Salami Slicing a Role for Private Providers: The Carve-Up of Europe’s Health Services

Salami Slicing a Role for Private Providers: The Carve-Up of Europe’s Health Services

John Lister
DOI: 10.4018/978-1-4666-3982-9.ch008
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A distinctive model of privatisation is being rolled out in health care systems across Europe as the private sector seeks to recapture a larger share of the public and social health insurance budget for health care. The mechanism of this is “reforms” which break up centralised systems and scale down public provision, while opening up collective budgets for private providers. While such changes are being implemented at varying speeds in different countries, the restructuring since 1989 of a tax-funded health care system along market lines in England offers a case study of these “reforms” in action. The British coalition government elected in 2010 is pressing even faster for these changes in controversial new legislation.
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“Reforms” Which Cut Costs And Those That Increase Them

It is important to distinguish between spending cuts, which are occasionally loosely termed as “reforms,” and structural reforms. On the one hand severe outright cuts in spending are being imposed in a number of European countries (notably Ireland, Portugal, Spain and Greece) as a result of external constraints on public spending in the aftermath of the 2008 banking meltdown and the instability of national economies. Similar cuts, dressed up as “efficiency savings” are being pursued in England by the right wing coalition government with the target of cutting £20-£30 billion from spending by 2014.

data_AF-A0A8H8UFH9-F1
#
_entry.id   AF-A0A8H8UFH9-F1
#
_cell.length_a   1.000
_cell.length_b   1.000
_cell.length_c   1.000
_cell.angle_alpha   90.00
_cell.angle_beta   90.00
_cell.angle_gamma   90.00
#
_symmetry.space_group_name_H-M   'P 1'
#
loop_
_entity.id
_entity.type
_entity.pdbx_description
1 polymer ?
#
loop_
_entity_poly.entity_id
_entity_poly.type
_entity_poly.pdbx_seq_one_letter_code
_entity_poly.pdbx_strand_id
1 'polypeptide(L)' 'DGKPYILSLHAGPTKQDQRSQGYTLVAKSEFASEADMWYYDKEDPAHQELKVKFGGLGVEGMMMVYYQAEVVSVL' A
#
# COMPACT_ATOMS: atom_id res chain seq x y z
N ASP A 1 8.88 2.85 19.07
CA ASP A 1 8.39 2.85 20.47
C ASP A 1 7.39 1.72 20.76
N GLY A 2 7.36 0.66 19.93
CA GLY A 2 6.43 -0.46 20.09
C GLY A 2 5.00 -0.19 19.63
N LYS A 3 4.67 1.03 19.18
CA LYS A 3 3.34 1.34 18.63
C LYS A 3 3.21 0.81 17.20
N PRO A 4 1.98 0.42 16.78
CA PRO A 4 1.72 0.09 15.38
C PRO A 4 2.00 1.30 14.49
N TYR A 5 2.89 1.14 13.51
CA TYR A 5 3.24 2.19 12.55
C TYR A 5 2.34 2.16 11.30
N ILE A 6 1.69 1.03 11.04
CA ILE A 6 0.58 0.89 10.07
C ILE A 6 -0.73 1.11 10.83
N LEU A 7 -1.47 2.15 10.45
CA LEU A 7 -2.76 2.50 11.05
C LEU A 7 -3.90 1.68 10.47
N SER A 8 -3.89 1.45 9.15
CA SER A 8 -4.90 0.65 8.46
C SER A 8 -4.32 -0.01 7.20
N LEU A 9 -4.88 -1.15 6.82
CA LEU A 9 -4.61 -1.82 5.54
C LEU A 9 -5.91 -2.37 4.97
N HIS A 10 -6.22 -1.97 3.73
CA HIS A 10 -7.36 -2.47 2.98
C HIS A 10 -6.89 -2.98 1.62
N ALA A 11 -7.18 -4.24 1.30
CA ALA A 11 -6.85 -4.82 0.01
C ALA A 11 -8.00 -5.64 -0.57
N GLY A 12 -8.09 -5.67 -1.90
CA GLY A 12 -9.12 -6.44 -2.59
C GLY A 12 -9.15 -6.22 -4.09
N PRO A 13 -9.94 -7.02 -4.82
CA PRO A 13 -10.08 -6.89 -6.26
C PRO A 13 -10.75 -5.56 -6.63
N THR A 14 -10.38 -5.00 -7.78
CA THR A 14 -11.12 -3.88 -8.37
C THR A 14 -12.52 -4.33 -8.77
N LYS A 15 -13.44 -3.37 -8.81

Although the results of such cuts can be far-reaching and serious for those dependent on the services in the firing line, the structure and operation of the system remains largely intact. These measures are not new: as “the blunt instruments of budget constraint and cost shifting” (Tuohy, 1999, p. 4), such policies have a history reaching back at least to the 1970s, when global economic factors and the rise of neo-liberal ideology began to rein in the post-war expansion of welfare provision.

Their effect on health services varies according the scale of the cutback imposed, and whether this represents a real terms reduction in spending, or simply a restriction on the rate of increase: in many cases, as in England, where a decade of rapid real-terms expansion of health care spending has come to an abrupt and traumatic halt, to be followed by at least three years of real terms cuts, both factors apply.

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